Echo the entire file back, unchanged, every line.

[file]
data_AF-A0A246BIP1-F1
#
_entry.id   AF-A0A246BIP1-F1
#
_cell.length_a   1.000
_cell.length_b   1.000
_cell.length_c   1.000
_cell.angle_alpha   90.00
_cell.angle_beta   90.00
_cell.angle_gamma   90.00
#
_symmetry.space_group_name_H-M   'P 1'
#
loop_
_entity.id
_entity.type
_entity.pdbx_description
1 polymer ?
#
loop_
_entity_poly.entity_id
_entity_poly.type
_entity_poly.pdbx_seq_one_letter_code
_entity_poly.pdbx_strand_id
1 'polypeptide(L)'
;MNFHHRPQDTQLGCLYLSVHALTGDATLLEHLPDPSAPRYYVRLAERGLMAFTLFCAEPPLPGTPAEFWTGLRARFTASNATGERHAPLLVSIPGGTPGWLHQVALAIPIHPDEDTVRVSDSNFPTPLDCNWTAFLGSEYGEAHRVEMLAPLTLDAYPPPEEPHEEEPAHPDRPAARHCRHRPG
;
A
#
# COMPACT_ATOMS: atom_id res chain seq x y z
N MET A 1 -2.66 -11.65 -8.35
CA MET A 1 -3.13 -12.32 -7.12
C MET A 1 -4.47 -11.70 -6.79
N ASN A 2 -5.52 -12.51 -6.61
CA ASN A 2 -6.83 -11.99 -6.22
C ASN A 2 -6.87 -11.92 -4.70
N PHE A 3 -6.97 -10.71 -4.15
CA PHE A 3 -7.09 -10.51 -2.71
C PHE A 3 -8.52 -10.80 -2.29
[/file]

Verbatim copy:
data_AF-A0A246BIP1-F1
#
_entry.id   AF-A0A246BIP1-F1
#
_cell.length_a   1.000
_cell.length_b   1.000
_cell.length_c   1.000
_cell.angle_alpha   90.00
_cell.angle_beta   90.00
_cell.angle_gamma   90.00
#
_symmetry.space_group_name_H-M   'P 1'
#
loop_
_entity.id
_entity.type
_entity.pdbx_description
1 polymer ?
#
loop_
_entity_poly.entity_id
_entity_poly.type
_entity_poly.pdbx_seq_one_letter_code
_entity_poly.pdbx_strand_id
1 'polypeptide(L)'
;MNFHHRPQDTQLGCLYLSVHALTGDATLLEHLPDPSAPRYYVRLAERGLMAFTLFCAEPPLPGTPAEFWTGLRARFTASNATGERHAPLLVSIPGGTPGWLHQVALAIPIHPDEDTVRVSDSNFPTPLDCNWTAFLGSEYGEAHRVEMLAPLTLDAYPPPEEPHEEEPAHPDRPAARHCRHRPG
;
A
#
# COMPACT_ATOMS: atom_id res chain seq x y z
N MET A 1 -2.66 -11.65 -8.35
CA MET A 1 -3.13 -12.32 -7.12
C MET A 1 -4.47 -11.70 -6.79
N ASN A 2 -5.52 -12.51 -6.61
CA ASN A 2 -6.83 -11.99 -6.22
C ASN A 2 -6.87 -11.92 -4.70
N PHE A 3 -6.97 -10.71 -4.15
CA PHE A 3 -7.09 -10.51 -2.71
C PHE A 3 -8.52 -10.80 -2.29